The High Commissioner on National Minorities of the Organization for Security and Cooperation in Europe (OSCE), Astrid Thors, explained how her institution carries out preventive diplomacy. She highlighted the need for early action to prevent tensions from erupting into conflict. She, like other speakers, highlighted the importance of education and effective participation as key factors to enable stable and pluralist societies.

Session three focused on strengthening the global military network. Rory Keane, head of the UN Liaison office for peace and security in Brussels, highlighted partnership between the European Union and the UN, as well as triangular cooperation between the latter two and the African Union. He underlined the potential of regional organizations as rapid response capacities to fast-breaking conflicts. He also highlighted niche capabilities of groups like the EU, as well as their support functions like providing airlift capacity and specialized technological expertise.

Aleška Simkić, the Deputy Chief Monitor of the OSCE Special Monitoring Mission to Ukraine (SMM), described the unique characteristics of the mission, as well as the challenges of managing an operation of 700 unarmed civilians in a dangerous environment.

Wolfgang Wosolsobe, former Director General of the European Union Military Staff, recalled past cooperation between the UN and the EU (like in Mali), and highlighted some of the EU’s operational advantages in the field. He stressed the need for further deepening such partnerships on the basis of a shared understanding of objectives.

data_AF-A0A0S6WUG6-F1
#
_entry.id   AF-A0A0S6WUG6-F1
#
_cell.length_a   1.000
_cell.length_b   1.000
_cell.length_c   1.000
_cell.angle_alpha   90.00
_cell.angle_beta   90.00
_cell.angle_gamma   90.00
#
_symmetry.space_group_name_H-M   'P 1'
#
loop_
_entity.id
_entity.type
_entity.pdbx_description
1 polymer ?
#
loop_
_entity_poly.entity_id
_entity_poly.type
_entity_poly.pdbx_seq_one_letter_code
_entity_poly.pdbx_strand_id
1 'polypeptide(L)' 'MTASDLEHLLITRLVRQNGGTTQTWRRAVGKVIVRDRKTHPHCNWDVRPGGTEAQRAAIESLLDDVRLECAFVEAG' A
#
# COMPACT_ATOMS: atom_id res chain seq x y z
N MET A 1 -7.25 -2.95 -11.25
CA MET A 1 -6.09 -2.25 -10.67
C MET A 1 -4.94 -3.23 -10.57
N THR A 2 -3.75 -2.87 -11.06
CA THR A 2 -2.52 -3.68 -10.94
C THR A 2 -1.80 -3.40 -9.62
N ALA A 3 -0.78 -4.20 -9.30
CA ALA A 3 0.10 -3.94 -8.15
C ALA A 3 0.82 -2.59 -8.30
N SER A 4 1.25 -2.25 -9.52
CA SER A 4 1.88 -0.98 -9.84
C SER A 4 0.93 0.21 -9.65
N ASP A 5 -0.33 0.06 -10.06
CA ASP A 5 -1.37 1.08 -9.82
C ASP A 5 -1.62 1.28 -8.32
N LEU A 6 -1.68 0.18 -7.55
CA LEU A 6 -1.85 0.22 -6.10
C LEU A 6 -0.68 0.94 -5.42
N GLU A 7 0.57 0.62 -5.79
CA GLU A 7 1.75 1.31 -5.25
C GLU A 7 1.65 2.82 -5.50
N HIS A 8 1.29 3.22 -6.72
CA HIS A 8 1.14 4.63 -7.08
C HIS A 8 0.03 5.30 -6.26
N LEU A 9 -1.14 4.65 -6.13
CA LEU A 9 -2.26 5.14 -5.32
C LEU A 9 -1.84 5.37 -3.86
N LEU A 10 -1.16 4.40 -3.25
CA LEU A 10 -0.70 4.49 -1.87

During the discussion, participants noted the trend towards making more use of Chapter VIII of the UN Charter (on regional arrangements). The challenge of inter-operability between units from different parts of the world was highlighted. The return of European countries to peacekeeping was also discussed.

Session four focused on the protection of civilians. Several speakers noted that this should be the main focus of the UN’s work, observing with concern the spread of violence, extremism and crime which is putting civilians in the cross-fire.

Helen Durham, Director of International Law and Policy at the International Committee of the Red Cross, stressed the importance of putting the needs of people at the core of peacekeeping operations. She called for greater respect for international humanitarian law (IHL) and said that peacekeepers should be standard bearers of IHL. She underlined the need for improved training, and more effective communication between military and humanitarian actors (particularly in the field).